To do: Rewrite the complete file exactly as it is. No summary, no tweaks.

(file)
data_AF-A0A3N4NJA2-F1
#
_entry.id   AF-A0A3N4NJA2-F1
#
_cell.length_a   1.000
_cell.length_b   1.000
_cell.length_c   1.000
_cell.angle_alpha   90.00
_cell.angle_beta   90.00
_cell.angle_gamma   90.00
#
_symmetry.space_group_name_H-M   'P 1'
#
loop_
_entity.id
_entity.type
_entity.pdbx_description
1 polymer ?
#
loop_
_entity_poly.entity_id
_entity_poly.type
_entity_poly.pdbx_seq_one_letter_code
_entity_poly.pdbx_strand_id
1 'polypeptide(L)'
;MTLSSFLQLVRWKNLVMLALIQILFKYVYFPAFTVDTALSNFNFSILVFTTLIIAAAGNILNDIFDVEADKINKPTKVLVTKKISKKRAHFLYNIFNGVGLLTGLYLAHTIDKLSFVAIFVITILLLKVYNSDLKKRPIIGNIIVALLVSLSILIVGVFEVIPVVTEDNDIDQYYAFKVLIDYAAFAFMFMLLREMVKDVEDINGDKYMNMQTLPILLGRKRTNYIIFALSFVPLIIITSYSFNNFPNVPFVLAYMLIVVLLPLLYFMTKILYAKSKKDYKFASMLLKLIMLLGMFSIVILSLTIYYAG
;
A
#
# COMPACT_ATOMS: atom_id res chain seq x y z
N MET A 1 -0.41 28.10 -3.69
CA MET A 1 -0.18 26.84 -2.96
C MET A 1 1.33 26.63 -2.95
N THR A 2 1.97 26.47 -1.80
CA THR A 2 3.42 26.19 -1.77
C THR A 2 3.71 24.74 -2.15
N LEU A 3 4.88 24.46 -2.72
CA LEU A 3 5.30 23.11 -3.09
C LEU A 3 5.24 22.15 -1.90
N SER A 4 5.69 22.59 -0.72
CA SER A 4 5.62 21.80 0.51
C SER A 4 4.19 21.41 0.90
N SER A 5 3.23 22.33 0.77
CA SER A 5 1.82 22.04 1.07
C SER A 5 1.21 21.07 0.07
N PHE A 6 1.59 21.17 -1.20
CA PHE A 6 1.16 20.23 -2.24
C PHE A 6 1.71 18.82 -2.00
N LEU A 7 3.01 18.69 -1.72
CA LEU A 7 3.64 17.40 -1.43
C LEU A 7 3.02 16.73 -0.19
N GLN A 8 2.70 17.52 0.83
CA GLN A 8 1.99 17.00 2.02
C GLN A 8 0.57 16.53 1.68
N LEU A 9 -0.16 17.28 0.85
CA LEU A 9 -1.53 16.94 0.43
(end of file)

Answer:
data_AF-A0A3N4NJA2-F1
#
_entry.id   AF-A0A3N4NJA2-F1
#
_cell.length_a   1.000
_cell.length_b   1.000
_cell.length_c   1.000
_cell.angle_alpha   90.00
_cell.angle_beta   90.00
_cell.angle_gamma   90.00
#
_symmetry.space_group_name_H-M   'P 1'
#
loop_
_entity.id
_entity.type
_entity.pdbx_description
1 polymer ?
#
loop_
_entity_poly.entity_id
_entity_poly.type
_entity_poly.pdbx_seq_one_letter_code
_entity_poly.pdbx_strand_id
1 'polypeptide(L)'
;MTLSSFLQLVRWKNLVMLALIQILFKYVYFPAFTVDTALSNFNFSILVFTTLIIAAAGNILNDIFDVEADKINKPTKVLVTKKISKKRAHFLYNIFNGVGLLTGLYLAHTIDKLSFVAIFVITILLLKVYNSDLKKRPIIGNIIVALLVSLSILIVGVFEVIPVVTEDNDIDQYYAFKVLIDYAAFAFMFMLLREMVKDVEDINGDKYMNMQTLPILLGRKRTNYIIFALSFVPLIIITSYSFNNFPNVPFVLAYMLIVVLLPLLYFMTKILYAKSKKDYKFASMLLKLIMLLGMFSIVILSLTIYYAG
;
A
#
# COMPACT_ATOMS: atom_id res chain seq x y z
N MET A 1 -0.41 28.10 -3.69
CA MET A 1 -0.18 26.84 -2.96
C MET A 1 1.33 26.63 -2.95
N THR A 2 1.97 26.47 -1.80
CA THR A 2 3.42 26.19 -1.77
C THR A 2 3.71 24.74 -2.15
N LEU A 3 4.88 24.46 -2.72
CA LEU A 3 5.30 23.11 -3.09
C LEU A 3 5.24 22.15 -1.90
N SER A 4 5.69 22.59 -0.72
CA SER A 4 5.62 21.80 0.51
C SER A 4 4.19 21.41 0.90
N SER A 5 3.23 22.33 0.77
CA SER A 5 1.82 22.04 1.07
C SER A 5 1.21 21.07 0.07
N PHE A 6 1.59 21.17 -1.20
CA PHE A 6 1.16 20.23 -2.24
C PHE A 6 1.71 18.82 -2.00
N LEU A 7 3.01 18.69 -1.72
CA LEU A 7 3.64 17.40 -1.43
C LEU A 7 3.02 16.73 -0.19
N GLN A 8 2.70 17.52 0.83
CA GLN A 8 1.99 17.00 2.02
C GLN A 8 0.57 16.53 1.68
N LEU A 9 -0.16 17.28 0.85
CA LEU A 9 -1.53 16.94 0.43